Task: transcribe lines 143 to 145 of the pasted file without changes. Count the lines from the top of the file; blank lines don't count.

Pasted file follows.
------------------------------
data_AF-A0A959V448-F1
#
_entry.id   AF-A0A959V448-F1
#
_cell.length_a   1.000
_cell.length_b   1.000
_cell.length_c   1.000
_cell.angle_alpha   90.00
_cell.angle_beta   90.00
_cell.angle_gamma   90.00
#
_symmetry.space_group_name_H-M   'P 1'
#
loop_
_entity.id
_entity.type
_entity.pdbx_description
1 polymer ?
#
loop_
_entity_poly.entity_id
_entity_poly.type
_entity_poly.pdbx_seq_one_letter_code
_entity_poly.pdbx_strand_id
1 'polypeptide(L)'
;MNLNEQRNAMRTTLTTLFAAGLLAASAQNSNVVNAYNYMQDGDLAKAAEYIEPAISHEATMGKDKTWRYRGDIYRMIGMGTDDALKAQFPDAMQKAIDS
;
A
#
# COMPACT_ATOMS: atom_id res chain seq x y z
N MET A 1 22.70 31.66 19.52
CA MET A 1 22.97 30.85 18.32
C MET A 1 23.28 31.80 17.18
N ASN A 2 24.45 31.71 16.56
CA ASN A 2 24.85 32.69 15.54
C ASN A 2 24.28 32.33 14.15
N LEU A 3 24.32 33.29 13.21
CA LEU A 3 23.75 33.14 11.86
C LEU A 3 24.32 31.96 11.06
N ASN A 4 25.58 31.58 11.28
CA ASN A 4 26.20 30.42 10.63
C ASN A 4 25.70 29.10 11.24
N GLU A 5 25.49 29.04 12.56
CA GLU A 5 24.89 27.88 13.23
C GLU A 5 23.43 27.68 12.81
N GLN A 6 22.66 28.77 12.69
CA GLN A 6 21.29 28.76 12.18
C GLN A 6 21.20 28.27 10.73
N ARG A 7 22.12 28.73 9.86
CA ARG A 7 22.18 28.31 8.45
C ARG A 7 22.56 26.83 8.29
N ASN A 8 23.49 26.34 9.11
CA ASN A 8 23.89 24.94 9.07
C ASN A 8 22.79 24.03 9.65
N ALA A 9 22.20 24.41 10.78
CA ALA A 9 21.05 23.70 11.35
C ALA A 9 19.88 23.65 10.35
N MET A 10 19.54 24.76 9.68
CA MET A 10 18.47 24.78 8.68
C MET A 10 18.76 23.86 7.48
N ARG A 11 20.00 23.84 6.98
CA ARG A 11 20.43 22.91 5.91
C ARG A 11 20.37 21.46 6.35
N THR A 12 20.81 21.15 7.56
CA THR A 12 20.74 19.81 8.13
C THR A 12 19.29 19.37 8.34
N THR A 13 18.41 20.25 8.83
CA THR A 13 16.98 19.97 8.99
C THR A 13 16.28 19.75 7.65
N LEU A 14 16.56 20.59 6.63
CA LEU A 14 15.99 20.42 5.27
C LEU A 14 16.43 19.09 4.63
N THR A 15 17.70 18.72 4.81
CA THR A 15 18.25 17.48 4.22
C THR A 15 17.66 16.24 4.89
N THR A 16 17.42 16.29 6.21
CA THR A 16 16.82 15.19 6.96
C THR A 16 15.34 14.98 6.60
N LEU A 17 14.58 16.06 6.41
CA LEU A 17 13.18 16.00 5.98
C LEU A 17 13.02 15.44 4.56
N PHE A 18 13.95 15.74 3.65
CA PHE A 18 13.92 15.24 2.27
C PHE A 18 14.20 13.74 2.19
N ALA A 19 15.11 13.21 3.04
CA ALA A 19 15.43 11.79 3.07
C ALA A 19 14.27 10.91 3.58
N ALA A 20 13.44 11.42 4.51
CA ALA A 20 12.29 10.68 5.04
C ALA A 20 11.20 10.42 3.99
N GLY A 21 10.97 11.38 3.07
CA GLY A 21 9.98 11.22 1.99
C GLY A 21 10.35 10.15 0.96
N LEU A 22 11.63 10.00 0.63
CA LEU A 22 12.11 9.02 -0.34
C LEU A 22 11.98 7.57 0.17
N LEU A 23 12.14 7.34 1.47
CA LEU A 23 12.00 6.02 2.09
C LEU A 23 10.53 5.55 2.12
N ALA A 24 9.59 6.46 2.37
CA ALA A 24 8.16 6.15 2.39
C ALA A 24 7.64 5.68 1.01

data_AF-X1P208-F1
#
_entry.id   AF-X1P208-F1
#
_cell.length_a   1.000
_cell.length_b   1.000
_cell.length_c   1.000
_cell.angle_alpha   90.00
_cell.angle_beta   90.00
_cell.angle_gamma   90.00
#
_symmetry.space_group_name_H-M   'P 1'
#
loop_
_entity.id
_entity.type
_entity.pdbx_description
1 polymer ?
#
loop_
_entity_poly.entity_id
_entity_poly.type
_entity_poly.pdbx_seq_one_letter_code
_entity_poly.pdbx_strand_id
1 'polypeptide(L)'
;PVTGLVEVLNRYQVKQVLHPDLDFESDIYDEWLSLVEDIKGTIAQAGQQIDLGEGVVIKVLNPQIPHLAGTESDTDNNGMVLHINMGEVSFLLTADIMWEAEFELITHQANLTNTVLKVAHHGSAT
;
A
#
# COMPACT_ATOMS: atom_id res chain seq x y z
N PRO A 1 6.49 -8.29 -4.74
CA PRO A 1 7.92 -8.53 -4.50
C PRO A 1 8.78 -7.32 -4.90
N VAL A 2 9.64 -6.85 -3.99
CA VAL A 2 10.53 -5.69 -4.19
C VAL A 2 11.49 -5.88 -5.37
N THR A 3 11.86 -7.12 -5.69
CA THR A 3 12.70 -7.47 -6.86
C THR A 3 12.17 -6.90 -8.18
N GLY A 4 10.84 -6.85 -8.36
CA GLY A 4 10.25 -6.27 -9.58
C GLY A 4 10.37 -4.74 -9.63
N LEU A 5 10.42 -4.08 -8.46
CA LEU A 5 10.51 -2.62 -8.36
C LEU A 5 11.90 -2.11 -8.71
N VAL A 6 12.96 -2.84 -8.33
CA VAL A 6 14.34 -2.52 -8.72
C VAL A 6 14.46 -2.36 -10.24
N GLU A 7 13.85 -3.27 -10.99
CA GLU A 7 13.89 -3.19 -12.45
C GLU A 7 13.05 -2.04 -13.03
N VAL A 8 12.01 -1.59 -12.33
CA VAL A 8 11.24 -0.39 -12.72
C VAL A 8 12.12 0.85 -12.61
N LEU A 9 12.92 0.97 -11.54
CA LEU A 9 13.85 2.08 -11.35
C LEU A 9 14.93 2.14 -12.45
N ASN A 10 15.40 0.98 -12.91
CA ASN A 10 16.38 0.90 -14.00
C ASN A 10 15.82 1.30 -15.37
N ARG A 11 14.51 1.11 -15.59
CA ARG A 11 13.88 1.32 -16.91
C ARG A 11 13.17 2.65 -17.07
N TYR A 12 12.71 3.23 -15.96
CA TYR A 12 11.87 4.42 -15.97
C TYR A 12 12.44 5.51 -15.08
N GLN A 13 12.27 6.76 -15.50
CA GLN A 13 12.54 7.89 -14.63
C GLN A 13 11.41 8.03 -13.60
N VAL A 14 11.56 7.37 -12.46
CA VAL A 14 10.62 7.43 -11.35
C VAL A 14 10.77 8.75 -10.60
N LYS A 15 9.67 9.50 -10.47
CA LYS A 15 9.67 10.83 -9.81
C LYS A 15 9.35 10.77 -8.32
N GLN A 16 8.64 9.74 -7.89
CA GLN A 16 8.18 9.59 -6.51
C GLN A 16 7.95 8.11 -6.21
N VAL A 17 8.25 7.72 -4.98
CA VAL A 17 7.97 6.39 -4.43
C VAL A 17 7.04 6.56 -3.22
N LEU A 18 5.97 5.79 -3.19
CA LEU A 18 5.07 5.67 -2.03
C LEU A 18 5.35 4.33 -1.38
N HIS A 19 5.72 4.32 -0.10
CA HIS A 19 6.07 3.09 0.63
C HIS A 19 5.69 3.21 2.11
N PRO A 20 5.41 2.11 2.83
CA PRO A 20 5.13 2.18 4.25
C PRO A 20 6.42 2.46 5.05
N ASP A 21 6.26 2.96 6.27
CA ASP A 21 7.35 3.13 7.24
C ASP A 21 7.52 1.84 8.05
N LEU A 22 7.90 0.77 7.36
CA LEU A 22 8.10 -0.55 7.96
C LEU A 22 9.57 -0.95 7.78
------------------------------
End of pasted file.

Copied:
CA GLY A 4 10.25 -6.27 -9.58
C GLY A 4 10.37 -4.74 -9.63
N LEU A 5 10.42 -4.08 -8.46